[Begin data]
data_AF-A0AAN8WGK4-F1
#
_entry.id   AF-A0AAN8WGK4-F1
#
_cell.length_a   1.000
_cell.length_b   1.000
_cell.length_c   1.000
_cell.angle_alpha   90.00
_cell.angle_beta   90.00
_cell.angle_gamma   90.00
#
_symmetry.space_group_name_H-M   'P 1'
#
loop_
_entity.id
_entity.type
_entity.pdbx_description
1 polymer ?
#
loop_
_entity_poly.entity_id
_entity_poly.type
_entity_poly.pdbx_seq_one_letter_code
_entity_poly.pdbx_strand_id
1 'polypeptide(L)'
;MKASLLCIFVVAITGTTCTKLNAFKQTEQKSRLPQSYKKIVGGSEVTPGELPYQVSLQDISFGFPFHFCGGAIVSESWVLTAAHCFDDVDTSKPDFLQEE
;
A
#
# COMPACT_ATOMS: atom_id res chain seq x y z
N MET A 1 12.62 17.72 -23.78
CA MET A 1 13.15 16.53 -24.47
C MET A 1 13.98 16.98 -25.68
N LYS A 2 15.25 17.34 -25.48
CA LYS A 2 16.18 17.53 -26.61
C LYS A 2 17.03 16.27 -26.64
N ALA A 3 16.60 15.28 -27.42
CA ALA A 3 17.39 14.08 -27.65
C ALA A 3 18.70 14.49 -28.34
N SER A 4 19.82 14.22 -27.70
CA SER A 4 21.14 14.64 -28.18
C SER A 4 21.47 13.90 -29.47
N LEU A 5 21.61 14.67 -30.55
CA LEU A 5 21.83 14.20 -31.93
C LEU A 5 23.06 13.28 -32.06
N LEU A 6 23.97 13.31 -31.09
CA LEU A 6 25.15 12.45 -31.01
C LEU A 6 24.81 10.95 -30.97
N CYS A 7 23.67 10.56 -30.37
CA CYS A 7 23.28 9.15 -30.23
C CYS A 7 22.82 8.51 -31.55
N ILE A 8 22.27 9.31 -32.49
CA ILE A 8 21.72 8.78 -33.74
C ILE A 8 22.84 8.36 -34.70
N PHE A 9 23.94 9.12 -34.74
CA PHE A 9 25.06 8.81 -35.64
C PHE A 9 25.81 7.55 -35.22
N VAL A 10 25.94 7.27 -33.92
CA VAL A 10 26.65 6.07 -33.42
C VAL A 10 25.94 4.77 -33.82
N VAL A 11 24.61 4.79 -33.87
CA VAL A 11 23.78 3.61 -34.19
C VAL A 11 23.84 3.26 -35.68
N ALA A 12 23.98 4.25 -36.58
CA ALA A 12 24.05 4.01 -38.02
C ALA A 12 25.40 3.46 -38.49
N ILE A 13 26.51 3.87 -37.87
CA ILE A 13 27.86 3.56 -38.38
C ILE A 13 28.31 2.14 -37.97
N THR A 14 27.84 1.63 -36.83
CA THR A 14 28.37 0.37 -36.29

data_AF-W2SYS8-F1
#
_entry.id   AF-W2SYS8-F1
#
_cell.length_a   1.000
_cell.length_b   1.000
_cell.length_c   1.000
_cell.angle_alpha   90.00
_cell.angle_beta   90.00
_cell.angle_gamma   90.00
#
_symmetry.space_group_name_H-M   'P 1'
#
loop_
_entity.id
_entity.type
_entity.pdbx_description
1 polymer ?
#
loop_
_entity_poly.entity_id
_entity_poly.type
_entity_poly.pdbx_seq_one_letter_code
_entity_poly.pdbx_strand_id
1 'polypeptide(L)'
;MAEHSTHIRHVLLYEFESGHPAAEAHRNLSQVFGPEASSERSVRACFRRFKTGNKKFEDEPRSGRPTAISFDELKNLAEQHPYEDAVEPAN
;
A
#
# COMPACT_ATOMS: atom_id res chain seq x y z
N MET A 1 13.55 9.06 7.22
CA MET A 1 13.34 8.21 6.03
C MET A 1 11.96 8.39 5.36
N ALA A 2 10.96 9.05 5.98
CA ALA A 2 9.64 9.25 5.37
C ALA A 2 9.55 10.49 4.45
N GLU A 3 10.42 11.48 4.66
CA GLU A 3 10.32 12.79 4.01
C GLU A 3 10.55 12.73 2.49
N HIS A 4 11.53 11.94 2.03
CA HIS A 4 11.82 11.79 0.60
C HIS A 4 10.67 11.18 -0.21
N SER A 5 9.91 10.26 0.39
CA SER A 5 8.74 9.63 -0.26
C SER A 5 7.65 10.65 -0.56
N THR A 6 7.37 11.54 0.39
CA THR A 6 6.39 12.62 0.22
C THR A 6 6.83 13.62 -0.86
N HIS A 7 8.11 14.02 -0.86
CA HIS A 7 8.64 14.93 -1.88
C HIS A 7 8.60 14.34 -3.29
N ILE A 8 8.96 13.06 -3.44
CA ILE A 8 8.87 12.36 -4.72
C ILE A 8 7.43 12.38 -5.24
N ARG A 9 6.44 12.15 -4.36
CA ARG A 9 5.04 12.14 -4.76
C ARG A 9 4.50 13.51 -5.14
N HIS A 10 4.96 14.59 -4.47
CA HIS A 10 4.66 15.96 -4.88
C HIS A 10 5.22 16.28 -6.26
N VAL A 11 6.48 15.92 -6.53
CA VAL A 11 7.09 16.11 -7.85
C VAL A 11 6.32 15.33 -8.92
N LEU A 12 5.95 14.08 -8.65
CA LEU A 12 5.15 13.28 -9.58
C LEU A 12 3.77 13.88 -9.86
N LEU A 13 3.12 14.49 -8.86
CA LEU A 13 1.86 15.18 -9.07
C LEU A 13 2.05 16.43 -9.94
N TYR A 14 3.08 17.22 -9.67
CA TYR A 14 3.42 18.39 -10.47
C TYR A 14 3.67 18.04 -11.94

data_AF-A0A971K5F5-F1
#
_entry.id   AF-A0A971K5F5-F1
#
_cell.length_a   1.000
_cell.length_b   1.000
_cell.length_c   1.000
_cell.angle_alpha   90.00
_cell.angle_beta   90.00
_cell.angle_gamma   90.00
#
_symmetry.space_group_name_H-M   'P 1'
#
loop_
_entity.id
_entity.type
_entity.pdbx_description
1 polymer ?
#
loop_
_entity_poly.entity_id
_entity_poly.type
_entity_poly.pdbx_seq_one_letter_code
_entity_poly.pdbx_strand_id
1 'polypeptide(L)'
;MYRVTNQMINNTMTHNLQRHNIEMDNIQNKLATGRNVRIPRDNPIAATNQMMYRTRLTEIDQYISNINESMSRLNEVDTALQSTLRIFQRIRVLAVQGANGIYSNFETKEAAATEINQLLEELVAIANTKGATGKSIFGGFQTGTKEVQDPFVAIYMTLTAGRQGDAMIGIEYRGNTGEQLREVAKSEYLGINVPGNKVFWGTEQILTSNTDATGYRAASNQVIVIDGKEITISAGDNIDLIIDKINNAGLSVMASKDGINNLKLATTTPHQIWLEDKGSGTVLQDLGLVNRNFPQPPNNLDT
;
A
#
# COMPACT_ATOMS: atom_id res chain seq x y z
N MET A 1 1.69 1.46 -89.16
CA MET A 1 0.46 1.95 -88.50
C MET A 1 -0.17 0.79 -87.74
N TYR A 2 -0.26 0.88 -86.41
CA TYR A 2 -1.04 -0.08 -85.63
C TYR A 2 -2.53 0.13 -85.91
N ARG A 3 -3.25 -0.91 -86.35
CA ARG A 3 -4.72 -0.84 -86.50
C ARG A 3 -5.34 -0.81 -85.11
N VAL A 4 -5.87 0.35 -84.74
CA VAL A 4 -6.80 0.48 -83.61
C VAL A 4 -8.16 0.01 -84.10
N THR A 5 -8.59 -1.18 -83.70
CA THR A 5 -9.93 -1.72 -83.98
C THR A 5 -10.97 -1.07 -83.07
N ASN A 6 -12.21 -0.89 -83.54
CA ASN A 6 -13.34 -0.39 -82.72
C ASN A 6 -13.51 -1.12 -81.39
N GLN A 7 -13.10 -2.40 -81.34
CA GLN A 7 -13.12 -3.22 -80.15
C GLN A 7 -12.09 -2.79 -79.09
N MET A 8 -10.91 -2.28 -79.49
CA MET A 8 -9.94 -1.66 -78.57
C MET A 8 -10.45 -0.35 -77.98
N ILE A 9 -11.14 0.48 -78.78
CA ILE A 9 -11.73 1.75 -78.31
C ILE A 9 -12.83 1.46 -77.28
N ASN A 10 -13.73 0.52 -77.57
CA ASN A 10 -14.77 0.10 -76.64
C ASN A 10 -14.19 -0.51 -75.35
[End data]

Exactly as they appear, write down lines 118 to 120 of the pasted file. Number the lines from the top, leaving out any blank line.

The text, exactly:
CA THR A 6 6.39 12.62 0.22
C THR A 6 6.83 13.62 -0.86
N HIS A 7 8.11 14.02 -0.86